The Single Heater Test (SHT) is one of two in-situ thermal tests included in the site characterization program for the potential underground nuclear waste repository at Yucca Mountain. The heating phase of the SHT started in August 1996, and was completed in May 1997 after 9 months of heating. The coupled processes in the unsaturated fractured rock mass around the heater were monitored by numerous sensors for thermal, hydrological, mechanical and chemical data. In addition to passive monitoring, active testing of the rock mass moisture content was performed using geophysical methods and air injection testing. The extensive data set available from this test gives a unique opportunity to improve the understanding of the thermal-hydrological situation in the natural setting of the repository rocks. The present paper focuses on the 3-D numerical simulation of the thermal-hydrological processes in the SHT using TOUGH2. In the comparative analysis, they are particularly interested in the accuracy of different fracture-matrix-interaction concepts such as the Effective Continuum (ECM), the Dual Continuum (DKM), and the Multiple Interacting Continua (MINC) method

  18. Resampling-based methods in single and multiple testing for equality of covariance/correlation matrices.

    Science.gov (United States)

    Yang, Yang; DeGruttola, Victor

    2012-06-22

    Traditional resampling-based tests for homogeneity in covariance matrices across multiple groups resample residuals, that is, data centered by group means. These residuals do not share the same second moments when the null hypothesis is false, which makes them difficult to use in the setting of multiple testing. An alternative approach is to resample standardized residuals, data centered by group sample means and standardized by group sample covariance matrices. This approach, however, has been observed to inflate type I error when sample size is small or data are generated from heavy-tailed distributions. We propose to improve this approach by using robust estimation for the first and second moments. We discuss two statistics: the Bartlett statistic and a statistic based on eigen-decomposition of sample covariance matrices. Both statistics can be expressed in terms of standardized errors under the null hypothesis. These methods are extended to test homogeneity in correlation matrices. Using simulation studies, we demonstrate that the robust resampling approach provides comparable or superior performance, relative to traditional approaches, for single testing and reasonable performance for multiple testing. The proposed methods are applied to data collected in an HIV vaccine trial to investigate possible determinants, including vaccine status, vaccine-induced immune response level and viral genotype, of unusual correlation pattern between HIV viral load and CD4 count in newly infected patients.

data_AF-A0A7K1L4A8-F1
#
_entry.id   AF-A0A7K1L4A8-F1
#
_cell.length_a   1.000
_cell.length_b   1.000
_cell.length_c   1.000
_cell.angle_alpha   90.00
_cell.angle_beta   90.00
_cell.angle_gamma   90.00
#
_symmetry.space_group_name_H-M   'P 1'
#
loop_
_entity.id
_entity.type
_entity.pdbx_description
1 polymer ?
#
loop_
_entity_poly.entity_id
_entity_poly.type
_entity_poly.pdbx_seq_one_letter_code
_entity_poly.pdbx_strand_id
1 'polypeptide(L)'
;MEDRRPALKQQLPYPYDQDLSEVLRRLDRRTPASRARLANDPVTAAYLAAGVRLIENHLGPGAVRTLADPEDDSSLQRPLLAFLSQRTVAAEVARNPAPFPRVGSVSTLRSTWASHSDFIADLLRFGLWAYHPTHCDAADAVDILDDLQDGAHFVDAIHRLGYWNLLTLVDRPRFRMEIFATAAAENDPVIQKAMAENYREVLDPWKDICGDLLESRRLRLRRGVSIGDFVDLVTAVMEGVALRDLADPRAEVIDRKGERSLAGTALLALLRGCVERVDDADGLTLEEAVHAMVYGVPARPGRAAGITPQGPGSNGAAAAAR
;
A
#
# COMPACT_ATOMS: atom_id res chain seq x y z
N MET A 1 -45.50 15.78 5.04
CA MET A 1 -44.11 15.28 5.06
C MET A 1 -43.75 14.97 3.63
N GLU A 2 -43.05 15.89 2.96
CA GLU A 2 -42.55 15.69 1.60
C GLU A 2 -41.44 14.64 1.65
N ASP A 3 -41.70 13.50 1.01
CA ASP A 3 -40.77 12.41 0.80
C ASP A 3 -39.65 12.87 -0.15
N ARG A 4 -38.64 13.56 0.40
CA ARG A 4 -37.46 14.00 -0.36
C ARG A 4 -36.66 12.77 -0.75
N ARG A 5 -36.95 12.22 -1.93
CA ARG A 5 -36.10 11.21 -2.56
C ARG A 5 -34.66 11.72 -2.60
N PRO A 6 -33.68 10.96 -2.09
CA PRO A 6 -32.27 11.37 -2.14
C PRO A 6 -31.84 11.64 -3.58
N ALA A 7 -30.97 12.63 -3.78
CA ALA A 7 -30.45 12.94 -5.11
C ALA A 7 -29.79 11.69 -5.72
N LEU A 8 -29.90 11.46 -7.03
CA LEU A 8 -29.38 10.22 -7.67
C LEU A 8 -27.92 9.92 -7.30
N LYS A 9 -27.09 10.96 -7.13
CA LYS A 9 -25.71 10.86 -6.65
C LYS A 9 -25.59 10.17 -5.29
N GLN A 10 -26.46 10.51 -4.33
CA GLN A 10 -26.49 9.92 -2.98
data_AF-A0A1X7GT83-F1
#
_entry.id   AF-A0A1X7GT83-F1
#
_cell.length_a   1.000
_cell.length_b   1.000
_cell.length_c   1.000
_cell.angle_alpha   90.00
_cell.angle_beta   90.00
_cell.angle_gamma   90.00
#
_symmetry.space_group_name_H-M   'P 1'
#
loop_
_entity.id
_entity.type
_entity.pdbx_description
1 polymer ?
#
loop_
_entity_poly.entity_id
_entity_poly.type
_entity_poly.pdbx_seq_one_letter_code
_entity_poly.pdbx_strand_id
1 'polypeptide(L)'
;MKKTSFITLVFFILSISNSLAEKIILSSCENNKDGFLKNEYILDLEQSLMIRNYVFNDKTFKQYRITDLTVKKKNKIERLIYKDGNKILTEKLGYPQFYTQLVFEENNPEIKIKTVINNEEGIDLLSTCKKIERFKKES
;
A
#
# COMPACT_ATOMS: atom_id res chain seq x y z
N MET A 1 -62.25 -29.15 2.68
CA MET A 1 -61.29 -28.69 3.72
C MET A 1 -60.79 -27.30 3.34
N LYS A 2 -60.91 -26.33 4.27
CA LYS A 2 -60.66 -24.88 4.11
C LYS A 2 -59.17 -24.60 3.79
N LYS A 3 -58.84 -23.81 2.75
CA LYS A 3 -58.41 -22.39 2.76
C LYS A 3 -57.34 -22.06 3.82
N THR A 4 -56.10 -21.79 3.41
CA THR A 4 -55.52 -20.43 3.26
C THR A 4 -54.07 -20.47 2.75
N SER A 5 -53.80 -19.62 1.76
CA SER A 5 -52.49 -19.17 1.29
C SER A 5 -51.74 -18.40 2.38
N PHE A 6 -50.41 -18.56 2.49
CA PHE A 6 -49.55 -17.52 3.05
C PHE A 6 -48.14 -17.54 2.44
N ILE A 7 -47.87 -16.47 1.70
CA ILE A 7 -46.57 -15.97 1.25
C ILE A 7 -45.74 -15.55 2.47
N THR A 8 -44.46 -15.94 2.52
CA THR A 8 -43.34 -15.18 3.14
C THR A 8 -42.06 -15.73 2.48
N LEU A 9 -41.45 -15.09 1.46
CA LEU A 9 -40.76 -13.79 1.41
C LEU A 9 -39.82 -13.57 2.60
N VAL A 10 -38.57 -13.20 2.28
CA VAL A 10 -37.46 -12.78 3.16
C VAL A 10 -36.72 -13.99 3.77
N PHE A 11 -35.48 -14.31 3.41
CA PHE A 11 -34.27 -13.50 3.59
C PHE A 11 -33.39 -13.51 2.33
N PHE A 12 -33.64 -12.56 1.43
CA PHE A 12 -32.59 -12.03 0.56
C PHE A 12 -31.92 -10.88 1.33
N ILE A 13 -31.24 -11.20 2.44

19. Preparation of genomic DNA from a single species of uncultured magnetotactic bacterium by multiple-displacement amplification.

    Science.gov (United States)

    Arakaki, Atsushi; Shibusawa, Mie; Hosokawa, Masahito; Matsunaga, Tadashi

    2010-03-01

    Magnetotactic bacteria comprise a phylogenetically diverse group that is capable of synthesizing intracellular magnetic particles. Although various morphotypes of magnetotactic bacteria have been observed in the environment, bacterial strains available in pure culture are currently limited to a few genera due to difficulties in their enrichment and cultivation. In order to obtain genetic information from uncultured magnetotactic bacteria, a genome preparation method that involves magnetic separation of cells, flow cytometry, and multiple displacement amplification (MDA) using phi29 polymerase was used in this study. The conditions for the MDA reaction using samples containing 1 to 100 cells were evaluated using a pure-culture magnetotactic bacterium, "Magnetospirillum magneticum AMB-1," whose complete genome sequence is available. Uniform gene amplification was confirmed by quantitative PCR (Q-PCR) when 100 cells were used as a template. This method was then applied for genome preparation of uncultured magnetotactic bacteria from complex bacterial communities in an aquatic environment. A sample containing 100 cells of the uncultured magnetotactic coccus was prepared by magnetic cell separation and flow cytometry and used as an MDA template. 16S rRNA sequence analysis of the MDA product from these 100 cells revealed that the amplified genomic DNA was from a single species of magnetotactic bacterium that was phylogenetically affiliated with magnetotactic cocci in the Alphaproteobacteria. The combined use of magnetic separation, flow cytometry, and MDA provides a new strategy to access individual genetic information from magnetotactic bacteria in environmental samples.

  20. A single European aspen (Populus tremula) tree individual may potentially harbour dozens of Cenococcum geophilum ITS genotypes and hundreds of species of ectomycorrhizal fungi.

    Science.gov (United States)